Your Neighbourhood is a series of local area guides from TheJournal.ie, presented by KBC. We’re bringing you the best of city neighbourhoods combined with the latest property data.
ASHBOURNE IS A town that someone named after himself. Frederick Bourne was a wealthy 19th-century businessman, who by 1820 had made his pile from building toll roads in a (previously almost roadless) Ireland.
Owning some land in Meath, and having built a road to it, he decided to cash in by building a village with a hotel for travellers to stay in. Being a humble sort, he named the village … well, you know. And called its main artery Frederick Street to boot.
For 150 years after its foundation, Ashbourne was a small village. That all changed in 1970, when the first housing estate was built to accommodate some of the overspill from Dublin. Since then the village of 400 people has multiplied many times in size – the town was home to almost 13,000 at the last census.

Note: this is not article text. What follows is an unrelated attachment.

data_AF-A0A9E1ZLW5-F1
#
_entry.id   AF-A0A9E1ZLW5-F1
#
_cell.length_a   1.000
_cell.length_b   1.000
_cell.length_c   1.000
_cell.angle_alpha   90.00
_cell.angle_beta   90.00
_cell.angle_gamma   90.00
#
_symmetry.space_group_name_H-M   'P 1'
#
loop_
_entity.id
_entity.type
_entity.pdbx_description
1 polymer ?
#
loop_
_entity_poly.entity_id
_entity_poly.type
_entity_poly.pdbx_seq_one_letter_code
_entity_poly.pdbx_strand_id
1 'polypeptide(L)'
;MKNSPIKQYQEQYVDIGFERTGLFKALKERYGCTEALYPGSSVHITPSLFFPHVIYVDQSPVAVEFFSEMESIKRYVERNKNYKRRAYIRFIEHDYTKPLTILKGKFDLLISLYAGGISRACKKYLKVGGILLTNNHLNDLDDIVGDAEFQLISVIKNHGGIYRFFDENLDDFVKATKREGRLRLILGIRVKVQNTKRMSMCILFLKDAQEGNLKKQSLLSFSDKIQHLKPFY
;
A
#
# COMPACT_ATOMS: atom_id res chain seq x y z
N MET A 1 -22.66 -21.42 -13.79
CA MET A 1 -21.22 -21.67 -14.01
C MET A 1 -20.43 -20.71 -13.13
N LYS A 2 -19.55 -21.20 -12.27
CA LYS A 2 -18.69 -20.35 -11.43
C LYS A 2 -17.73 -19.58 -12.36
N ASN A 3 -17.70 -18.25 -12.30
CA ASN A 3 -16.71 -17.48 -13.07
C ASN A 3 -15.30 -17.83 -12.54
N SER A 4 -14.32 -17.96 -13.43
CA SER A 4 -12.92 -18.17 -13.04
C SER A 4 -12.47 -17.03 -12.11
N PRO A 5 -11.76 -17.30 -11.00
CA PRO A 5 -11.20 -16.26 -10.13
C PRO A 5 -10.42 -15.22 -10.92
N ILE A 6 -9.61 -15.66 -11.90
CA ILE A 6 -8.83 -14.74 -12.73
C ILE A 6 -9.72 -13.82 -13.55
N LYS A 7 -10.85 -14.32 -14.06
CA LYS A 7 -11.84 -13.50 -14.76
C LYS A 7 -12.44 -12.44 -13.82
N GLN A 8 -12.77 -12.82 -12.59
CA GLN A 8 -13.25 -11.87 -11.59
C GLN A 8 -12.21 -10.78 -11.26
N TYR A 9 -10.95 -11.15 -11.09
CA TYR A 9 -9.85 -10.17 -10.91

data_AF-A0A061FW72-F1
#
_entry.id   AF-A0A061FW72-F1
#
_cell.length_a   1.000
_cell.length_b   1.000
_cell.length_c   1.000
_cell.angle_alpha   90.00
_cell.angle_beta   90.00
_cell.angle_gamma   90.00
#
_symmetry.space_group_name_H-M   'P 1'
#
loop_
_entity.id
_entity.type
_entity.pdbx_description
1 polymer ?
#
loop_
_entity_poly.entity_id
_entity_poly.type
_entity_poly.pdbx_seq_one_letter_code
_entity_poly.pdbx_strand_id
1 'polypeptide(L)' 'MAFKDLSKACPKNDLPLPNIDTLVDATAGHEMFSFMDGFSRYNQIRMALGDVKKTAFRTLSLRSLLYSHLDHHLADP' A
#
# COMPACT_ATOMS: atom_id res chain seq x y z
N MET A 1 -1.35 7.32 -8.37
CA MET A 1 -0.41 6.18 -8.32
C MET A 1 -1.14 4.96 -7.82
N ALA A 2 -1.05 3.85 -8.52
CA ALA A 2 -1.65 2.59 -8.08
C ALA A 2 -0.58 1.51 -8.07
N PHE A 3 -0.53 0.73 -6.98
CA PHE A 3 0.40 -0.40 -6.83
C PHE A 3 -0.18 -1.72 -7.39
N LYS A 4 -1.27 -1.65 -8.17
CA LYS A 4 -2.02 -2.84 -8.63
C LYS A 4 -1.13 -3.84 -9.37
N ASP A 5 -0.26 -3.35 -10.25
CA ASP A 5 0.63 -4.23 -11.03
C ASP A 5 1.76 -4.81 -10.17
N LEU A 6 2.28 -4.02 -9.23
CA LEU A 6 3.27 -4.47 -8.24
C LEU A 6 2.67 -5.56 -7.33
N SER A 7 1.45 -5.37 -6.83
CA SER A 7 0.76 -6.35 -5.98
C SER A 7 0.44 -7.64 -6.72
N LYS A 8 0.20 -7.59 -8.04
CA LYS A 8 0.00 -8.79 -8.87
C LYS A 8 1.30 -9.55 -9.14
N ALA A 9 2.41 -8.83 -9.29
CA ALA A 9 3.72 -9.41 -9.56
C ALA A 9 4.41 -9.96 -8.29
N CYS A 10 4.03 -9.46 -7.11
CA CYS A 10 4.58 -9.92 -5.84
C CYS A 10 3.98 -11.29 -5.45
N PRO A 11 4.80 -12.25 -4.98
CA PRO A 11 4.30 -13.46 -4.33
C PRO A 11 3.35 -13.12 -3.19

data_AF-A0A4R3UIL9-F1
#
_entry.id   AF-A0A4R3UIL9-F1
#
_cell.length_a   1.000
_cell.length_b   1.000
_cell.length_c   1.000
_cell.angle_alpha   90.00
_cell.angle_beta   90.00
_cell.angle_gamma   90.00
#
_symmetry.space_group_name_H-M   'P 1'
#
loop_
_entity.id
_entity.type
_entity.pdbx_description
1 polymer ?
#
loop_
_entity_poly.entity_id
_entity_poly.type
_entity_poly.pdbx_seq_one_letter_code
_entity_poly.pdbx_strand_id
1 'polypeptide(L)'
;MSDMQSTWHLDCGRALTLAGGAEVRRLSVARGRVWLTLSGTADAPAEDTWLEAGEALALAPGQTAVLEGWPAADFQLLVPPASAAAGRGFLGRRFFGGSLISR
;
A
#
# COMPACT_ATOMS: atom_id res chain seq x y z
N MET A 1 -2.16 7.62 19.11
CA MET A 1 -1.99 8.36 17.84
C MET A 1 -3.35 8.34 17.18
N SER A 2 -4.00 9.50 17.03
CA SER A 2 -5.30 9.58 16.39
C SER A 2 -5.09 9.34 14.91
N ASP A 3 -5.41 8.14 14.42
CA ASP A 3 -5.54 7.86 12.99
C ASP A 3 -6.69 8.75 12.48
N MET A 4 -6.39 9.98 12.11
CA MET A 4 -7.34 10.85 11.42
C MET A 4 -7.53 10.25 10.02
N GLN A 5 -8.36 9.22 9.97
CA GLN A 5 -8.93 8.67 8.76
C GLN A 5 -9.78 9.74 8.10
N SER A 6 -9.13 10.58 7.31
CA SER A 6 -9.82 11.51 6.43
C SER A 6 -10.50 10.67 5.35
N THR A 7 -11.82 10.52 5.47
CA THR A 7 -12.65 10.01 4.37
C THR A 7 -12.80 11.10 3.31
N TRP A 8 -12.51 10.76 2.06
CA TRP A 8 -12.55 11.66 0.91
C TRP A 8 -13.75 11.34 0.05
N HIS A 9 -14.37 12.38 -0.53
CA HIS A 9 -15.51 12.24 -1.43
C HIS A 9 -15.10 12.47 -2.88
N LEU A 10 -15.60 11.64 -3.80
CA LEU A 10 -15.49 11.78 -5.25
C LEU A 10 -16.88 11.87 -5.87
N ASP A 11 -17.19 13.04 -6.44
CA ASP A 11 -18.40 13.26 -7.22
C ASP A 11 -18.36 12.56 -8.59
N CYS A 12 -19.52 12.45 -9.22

Today, the town is still centred around a cluster of original 19th-century buildings on Frederick Street, with a new commercial centre spreading onto Killegland Street. Housing estates surround the centre, which was a traffic bottleneck until the bypass was built in 2006.
Take me there! OK, here you are on Frederick Street.
So what’s the big draw? Good road links, proximity to Dublin, strong amenities, and relatively affordable housing. That enough for you?
Ashbourne is a new (in Irish terms, anyway) and growing town. It has a youthful and diverse population, and the energy that brings. And it’s well supplied with the basics for family life: supermarkets, sports facilities, cinema… and Tayto Park, of course.
What do people love about it? The diversity, says lifelong resident John Dollard – who welcomes the town’s expansion in recent decades.